Skip to main content

Willing but Weak

I'm pretty attached to sleeping. Wait, let me clarify: I'm pretty attached to feeling rested. I tend to stay up late because my mind clears as those dependent on me for care fall asleep, and I will absolutely get up early for a worthy adventure - but in terms of the norm, I'd like to get about 6-8 hours, uninterrupted, every night. If that doesn't happen, or I'm sick or extra-tired for some reason, I'm not averse to a nap.

Except that I now have two children under the age of three, and at least one of them wakes up needing comfort, assistance, or sustenance at least once every night. And during the brief overlap of their naps during the day, there are too many other things that I need to do (and that I'd like to do) to get a nap very often.

You would think that two and a half years of this would have resigned me to it - rather, it's made me crankier and more entitled. I bid the covers a very fond farewell each morning until I've rushed through the evening's tasks and can return to their warm embrace. While I recognize sleep and rest as necessary to human function, this has become unhealthy.

So this year for Lent, I'm giving up sleep. Not that I plan to sleep any less than I already do, but to reframe the time I wish I was asleep as an offering, instead of reporting it as a robbery. I'm going to spend that time praying - first and foremost, for Syrian refugees (there's a Lenten prayer guide, produced by We Welcome Refugees, here if you'd like to join in that effort) because I strongly believe that's something I should be praying about, and then about whoever and whatever comes to mind after that.

It's a double discipline - shifting from frustration to gratitude, then redeeming the time in prayer - but I hope for change as a result, change that extends past this season and into the years to come.
Then Jesus went with them to a place called Gethsemane, and He said to His disciples, "Sit here, while I go over there and pray." And taking with Him Peter and the two sons of Zebedee, He began to be sorrowful and troubled. Then He said to them, "My soul is very sorrowful, even to death; remain here, and watch with me." And going a little further He fell on His face and prayed, saying, "My Father, if it be possible, let this cup pass from me; nevertheless, not as I will, but as You will." And he came to the disciples and found them sleeping... {Matthew 26:36-40}
2399. Ines helping me pray in Spanish (and not thinking I was silly for wanting to)
2400. Brooklyn at least telling me that she'd had contraband, so I wasn't caught off guard by the ill effects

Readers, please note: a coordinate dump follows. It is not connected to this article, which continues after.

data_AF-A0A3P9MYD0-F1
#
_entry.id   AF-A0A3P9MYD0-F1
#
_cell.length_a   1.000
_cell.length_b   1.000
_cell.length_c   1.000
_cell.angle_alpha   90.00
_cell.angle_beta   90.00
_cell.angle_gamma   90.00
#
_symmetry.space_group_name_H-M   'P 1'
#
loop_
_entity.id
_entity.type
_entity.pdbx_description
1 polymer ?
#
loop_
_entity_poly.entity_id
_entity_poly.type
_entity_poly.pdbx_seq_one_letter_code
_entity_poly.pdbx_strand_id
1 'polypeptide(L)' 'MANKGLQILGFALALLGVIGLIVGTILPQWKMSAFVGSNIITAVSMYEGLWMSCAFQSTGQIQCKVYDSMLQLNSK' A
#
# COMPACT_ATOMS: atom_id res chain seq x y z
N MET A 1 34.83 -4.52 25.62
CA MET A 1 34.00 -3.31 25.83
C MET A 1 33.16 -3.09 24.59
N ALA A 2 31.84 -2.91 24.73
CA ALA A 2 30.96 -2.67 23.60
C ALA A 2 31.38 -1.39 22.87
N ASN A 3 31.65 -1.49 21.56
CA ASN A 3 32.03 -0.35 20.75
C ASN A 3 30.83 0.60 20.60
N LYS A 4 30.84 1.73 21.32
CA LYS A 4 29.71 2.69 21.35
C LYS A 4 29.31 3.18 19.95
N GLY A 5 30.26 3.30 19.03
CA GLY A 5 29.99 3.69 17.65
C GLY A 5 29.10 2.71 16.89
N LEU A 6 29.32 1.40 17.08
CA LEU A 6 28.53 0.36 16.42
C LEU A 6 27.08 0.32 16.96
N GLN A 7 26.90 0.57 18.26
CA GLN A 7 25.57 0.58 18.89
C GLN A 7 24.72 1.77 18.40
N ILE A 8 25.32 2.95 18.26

2401. Unexpected dinner out as a family (and Brooklyn and Tobin both happily eating refried black beans)
2402. A restorative Ash Wednesday service at church
2403. Adam staying with Brooklyn and Tobin so I could go alone
2404. Space to begin an organizing project


Popular posts from this blog

31 Days of Unraveling Designs

It's that time of year again... the 31 Days writing challenge starts today! Bloggers from all over will be writing every day of the month of October on the topic of their choosing. This will be my fourth year participating - the first year I did 7 for 31, and spent a month going through Jen Hatmaker's book 7. The second year I did 31 Days of Sustainable Dwelling, and wrote about local and fair trade living. Last year I was busy but still wanted to participate, so I went the easy route with 31 Days of Everyday Beautiful.

This year I'm diving into my greatest passion: knitting! I'll spend this month looking at past designs and talking about the inspiration behind them, so there will be plenty of regular life mixed in with the stitching - and there may be discount codes for the patterns that I write about. You'll just have to read and see!

Pattern index:

Pageturner Mitts
Hogwarts House Tie
Urban Artemis
Graffiti for Humanity
Love Out Loud
Strange Jacket


In order to change your knitting, you must first change yourself. I've lost track of how many times I've said that, or how many people I've said it to. Frustrated new knitters wondering why their work is loose or tight or uneven or really anything less than perfect. But something I love about knitting is that it's a record of your inner dialogue. That swatch knit at the yarn store table with a cozy cup of coffee and a helpful (and more experienced) knitter nearby is going to be a lot more relaxed than the sweater begun a week later while sitting next to a hospital bed - just like the knitter.

Unfortunately, this also applies to my own knitting. For years, I was apparently unaffected by the shifts and turmoils in my own life, so I assumed that I was exempt from the rule - when the reality was, in fact, that I wasn't really experiencing any of those on anything deeper than a surface level because everything was deadened by depression. When I finally started to really…


A few years ago, I was introduced to the concept of replacing the traditional list of resolutions with a single word. It appealed to me - I am not a big list person, but I love language and words and meanings and etymology and metaphor and... ahem. Ennyhoo. I liked the idea.
I've never chosen the word. It's always presented itself to me - and last year was no different. Pacific was very insistent, even though I tried to argue with it. Pacific? What does that even mean? What am I supposed to do with that?
But I accepted it, and I'm glad I did. I learned about depth and calm, about storm and nurture, about faith and adventure - and about the unstoppable ocean of God's grace, that overwhelms to fill and cleanse and bring blessings unasked.
So I'm bidding pacific a very fond farewell, and welcoming spark and whatever lessons it would like to bring. I invited it in with a copper wire punctuated with tiny lights and wrapped around my mood board, and I've got an empt…